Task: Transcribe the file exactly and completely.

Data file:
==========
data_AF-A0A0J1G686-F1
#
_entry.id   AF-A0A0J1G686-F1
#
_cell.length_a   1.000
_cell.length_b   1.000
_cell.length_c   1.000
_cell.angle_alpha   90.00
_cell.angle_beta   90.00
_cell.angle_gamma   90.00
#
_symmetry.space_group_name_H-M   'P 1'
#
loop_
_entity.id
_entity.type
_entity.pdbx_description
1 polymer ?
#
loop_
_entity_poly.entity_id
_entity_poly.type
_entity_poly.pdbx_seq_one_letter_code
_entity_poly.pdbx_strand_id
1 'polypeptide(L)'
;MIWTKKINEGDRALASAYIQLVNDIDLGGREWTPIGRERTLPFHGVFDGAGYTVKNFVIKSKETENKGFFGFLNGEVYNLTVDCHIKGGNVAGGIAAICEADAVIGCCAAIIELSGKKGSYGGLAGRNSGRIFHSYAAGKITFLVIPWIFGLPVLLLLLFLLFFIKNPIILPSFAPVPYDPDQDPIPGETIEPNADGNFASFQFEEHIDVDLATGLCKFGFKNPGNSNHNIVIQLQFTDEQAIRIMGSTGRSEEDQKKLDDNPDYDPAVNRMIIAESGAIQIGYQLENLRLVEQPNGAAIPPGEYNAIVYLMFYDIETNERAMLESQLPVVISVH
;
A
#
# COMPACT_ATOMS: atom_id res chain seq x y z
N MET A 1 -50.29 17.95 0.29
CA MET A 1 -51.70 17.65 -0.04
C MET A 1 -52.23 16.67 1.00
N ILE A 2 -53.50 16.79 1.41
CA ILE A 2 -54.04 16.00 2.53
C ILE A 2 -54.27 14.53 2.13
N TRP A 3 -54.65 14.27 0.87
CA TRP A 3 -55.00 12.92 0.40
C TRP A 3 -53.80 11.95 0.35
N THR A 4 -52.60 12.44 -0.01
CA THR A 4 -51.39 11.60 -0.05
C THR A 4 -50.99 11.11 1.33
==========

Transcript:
data_AF-A0A0J1G686-F1
#
_entry.id   AF-A0A0J1G686-F1
#
_cell.length_a   1.000
_cell.length_b   1.000
_cell.length_c   1.000
_cell.angle_alpha   90.00
_cell.angle_beta   90.00
_cell.angle_gamma   90.00
#
_symmetry.space_group_name_H-M   'P 1'
#
loop_
_entity.id
_entity.type
_entity.pdbx_description
1 polymer ?
#
loop_
_entity_poly.entity_id
_entity_poly.type
_entity_poly.pdbx_seq_one_letter_code
_entity_poly.pdbx_strand_id
1 'polypeptide(L)'
;MIWTKKINEGDRALASAYIQLVNDIDLGGREWTPIGRERTLPFHGVFDGAGYTVKNFVIKSKETENKGFFGFLNGEVYNLTVDCHIKGGNVAGGIAAICEADAVIGCCAAIIELSGKKGSYGGLAGRNSGRIFHSYAAGKITFLVIPWIFGLPVLLLLLFLLFFIKNPIILPSFAPVPYDPDQDPIPGETIEPNADGNFASFQFEEHIDVDLATGLCKFGFKNPGNSNHNIVIQLQFTDEQAIRIMGSTGRSEEDQKKLDDNPDYDPAVNRMIIAESGAIQIGYQLENLRLVEQPNGAAIPPGEYNAIVYLMFYDIETNERAMLESQLPVVISVH
;
A
#
# COMPACT_ATOMS: atom_id res chain seq x y z
N MET A 1 -50.29 17.95 0.29
CA MET A 1 -51.70 17.65 -0.04
C MET A 1 -52.23 16.67 1.00
N ILE A 2 -53.50 16.79 1.41
CA ILE A 2 -54.04 16.00 2.53
C ILE A 2 -54.27 14.53 2.13
N TRP A 3 -54.65 14.27 0.87
CA TRP A 3 -55.00 12.92 0.40
C TRP A 3 -53.80 11.95 0.35
N THR A 4 -52.60 12.44 -0.01
CA THR A 4 -51.39 11.60 -0.05
C THR A 4 -50.99 11.11 1.33